What you will study
There are two ways to start a qualification. You can begin your studies at Stage 1, or, if you haven’t studied for a long time, you can get started by studying an Access module as an additional preparatory stage of your chosen qualification. We know from experience that students who have completed an Access module do better in their subsequent modules, so it could be the vital first step you take to help you succeed in your future studies.
To find out the recommended Access module for this pathway, choose your country in the Fees section below.
You’ll start your Stage 1 studies with
My digital life (TU100) (60 credits), which gives you hands-on experience of designing, building and programming the small, ubiquitous computers that will become increasingly common over the next decade. You’ll also learn about the profound technological, economic, political and ethical changes brought about by information technology that will affect every one of us. undergraduate.qualification.pathways.W15-2,module,TU100,,1
You’ll then choose one of four 30-credit modules:
Technologies in practice (TM129)
Accreditation of Certificated Practitioners 1 (MT127)
Discovering mathematics (MU123)
Essential mathematics 1 (MST124). undergraduate.qualification.pathways.W15-2,module,MST124,,1
Depending on your choice, you’ll get a sound grounding in the fundamentals of computer networks and server technologies, gain credit for previous practice-based qualifications that you already hold, have the opportunity to sample some key technologies to help inform your future study and career choices, or develop mathematical knowledge and skills to underpin further study and enhance your employability.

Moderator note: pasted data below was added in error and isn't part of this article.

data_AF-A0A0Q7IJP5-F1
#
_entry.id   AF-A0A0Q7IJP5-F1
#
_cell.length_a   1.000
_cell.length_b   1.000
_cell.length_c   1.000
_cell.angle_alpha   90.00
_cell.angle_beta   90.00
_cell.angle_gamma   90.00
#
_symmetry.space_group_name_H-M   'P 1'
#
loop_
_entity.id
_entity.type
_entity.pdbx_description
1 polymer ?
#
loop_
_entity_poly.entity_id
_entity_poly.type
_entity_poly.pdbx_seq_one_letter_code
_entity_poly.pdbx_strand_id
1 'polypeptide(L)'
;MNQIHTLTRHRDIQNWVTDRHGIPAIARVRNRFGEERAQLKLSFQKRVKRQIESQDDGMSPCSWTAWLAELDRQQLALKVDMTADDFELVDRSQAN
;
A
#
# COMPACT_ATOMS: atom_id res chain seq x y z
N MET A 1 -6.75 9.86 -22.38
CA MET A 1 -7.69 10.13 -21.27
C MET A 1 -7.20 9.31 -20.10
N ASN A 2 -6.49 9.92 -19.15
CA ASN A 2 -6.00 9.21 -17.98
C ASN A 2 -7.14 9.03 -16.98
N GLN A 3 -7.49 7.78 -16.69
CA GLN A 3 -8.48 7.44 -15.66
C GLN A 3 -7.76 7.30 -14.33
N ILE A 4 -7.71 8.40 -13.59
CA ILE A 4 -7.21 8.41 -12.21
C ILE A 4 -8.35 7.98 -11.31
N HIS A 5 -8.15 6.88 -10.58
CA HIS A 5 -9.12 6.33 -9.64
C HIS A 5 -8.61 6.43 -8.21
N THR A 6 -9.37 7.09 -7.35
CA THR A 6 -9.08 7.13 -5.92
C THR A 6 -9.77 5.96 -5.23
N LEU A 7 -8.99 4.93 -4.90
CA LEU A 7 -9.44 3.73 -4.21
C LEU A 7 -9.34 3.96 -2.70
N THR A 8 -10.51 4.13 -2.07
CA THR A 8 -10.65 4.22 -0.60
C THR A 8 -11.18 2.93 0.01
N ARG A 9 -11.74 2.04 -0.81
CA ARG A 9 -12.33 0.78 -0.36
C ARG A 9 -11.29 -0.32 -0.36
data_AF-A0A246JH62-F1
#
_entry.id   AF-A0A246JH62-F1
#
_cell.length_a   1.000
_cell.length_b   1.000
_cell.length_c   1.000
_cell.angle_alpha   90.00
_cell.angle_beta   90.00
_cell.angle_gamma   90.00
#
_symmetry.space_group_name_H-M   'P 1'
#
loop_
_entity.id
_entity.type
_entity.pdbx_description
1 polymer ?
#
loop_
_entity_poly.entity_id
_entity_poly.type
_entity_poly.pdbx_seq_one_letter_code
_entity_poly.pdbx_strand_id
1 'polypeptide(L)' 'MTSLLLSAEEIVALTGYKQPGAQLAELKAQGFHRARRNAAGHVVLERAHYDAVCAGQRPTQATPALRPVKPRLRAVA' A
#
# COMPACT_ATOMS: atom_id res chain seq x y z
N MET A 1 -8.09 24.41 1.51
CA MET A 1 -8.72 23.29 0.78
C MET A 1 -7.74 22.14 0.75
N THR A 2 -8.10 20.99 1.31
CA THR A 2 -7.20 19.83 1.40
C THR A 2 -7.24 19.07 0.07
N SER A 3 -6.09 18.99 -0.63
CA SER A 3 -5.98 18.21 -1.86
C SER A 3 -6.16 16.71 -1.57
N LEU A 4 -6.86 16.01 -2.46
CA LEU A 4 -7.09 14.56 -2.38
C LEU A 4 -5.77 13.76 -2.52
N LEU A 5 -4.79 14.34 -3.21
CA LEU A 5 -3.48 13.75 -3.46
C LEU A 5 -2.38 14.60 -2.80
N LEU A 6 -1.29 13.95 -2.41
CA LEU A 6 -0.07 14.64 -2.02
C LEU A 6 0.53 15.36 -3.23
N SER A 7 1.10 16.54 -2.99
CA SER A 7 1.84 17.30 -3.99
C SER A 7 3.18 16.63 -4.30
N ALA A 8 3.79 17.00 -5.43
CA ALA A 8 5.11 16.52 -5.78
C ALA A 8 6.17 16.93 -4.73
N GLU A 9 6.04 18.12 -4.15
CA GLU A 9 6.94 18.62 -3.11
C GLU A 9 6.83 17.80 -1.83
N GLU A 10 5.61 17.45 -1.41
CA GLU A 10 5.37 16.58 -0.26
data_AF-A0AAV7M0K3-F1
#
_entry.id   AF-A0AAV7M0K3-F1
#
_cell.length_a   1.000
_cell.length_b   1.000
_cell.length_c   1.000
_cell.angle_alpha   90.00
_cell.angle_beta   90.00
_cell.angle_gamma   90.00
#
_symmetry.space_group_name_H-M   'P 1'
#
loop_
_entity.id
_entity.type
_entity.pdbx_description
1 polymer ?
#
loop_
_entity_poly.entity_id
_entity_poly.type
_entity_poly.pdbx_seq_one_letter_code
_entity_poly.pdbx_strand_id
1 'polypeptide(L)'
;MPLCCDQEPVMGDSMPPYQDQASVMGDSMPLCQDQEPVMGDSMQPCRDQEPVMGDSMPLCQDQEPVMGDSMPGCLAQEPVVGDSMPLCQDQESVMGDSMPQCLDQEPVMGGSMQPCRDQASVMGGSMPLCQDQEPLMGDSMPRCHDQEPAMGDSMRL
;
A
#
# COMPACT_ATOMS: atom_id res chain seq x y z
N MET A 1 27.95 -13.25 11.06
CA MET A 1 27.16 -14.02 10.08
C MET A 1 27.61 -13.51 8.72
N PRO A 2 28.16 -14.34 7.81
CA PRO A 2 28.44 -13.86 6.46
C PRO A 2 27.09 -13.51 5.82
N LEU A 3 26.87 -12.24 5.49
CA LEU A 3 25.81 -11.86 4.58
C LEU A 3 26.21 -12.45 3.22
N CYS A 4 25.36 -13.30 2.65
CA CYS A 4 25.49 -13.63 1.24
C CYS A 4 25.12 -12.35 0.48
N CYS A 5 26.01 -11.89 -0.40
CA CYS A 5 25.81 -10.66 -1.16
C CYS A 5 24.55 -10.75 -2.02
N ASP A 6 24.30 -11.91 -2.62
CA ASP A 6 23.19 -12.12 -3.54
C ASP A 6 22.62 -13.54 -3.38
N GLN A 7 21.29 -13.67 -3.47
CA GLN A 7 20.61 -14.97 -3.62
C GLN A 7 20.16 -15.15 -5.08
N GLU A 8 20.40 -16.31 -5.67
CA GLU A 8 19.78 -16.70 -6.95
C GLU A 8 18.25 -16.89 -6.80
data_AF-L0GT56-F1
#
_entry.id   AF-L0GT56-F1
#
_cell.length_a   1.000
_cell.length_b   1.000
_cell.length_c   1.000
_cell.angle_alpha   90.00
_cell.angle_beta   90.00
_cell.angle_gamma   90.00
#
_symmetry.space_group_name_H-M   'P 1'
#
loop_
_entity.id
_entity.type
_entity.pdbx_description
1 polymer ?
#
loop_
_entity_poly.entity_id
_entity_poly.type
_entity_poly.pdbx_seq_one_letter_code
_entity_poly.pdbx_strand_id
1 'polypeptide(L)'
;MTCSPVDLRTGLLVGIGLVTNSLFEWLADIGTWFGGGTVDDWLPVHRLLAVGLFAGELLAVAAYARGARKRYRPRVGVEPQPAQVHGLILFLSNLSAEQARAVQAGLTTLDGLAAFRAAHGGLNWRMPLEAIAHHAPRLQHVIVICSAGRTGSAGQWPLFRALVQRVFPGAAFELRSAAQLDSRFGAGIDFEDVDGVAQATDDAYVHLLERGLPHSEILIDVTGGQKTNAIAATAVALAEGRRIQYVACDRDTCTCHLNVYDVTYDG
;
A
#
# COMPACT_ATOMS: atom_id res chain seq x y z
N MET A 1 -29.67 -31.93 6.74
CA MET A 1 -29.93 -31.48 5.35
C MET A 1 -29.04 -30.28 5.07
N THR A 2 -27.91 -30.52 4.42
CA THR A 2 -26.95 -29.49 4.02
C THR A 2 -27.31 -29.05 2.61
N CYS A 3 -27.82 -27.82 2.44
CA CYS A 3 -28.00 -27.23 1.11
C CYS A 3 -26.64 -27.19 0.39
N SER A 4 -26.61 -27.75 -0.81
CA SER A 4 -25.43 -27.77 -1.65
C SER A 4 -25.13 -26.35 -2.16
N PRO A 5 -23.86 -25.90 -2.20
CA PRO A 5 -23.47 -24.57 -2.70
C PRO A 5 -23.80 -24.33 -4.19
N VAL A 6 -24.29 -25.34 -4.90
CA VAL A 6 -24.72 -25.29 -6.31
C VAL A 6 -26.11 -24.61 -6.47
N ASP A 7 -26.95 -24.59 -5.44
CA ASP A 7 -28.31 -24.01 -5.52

You’ll complete this stage with
Career development and employability (T122) (30 credits) – studying in the context of your workplace. This module develops your ability to apply your learning to improve your practice at work – whatever your chosen career. undergraduate.qualification.pathways.W15-2,module,T122,,1
At Stage 2, you’ll continue to use the context of your workplace to develop your understanding of the factors that drive organisational change and the resulting consequences with the module
Change, strategy and projects at work (T227). undergraduate.qualification.pathways.W15-2,module,T227,,1
Specialising in software development, through the combination of the two compulsory 30-credit modules
Object-oriented Java programming (M250) and undergraduate.qualification.pathways.W15-2,module,M250,,1 Software development with Java (M256) you’ll learn how to specify and design computer programmes, and develop your Java programming skills. You’ll use industry standard software tools such as an integrated development environment and the Unified Modelling Language (UML); and you’ll also learn about the analytical techniques and processes essential for designing, specifying and implementing a software system – including a graphical user interface. undergraduate.qualification.pathways.W15-2,module,M256,,1
You’ll be able to complement your specialism with an additional option exploring programming, web development, or project and service management – or you may be able to gain further credits for practice-based qualifications you’ve gained through your work.
Modules quoted in qualification descriptions are those that are currently available for study. As the
structure of our qualifications is reviewed on a regular basis, the University is unable to guarantee that
the same selection of modules will continue to be available in future years.
Where will you be resident whilst you study?
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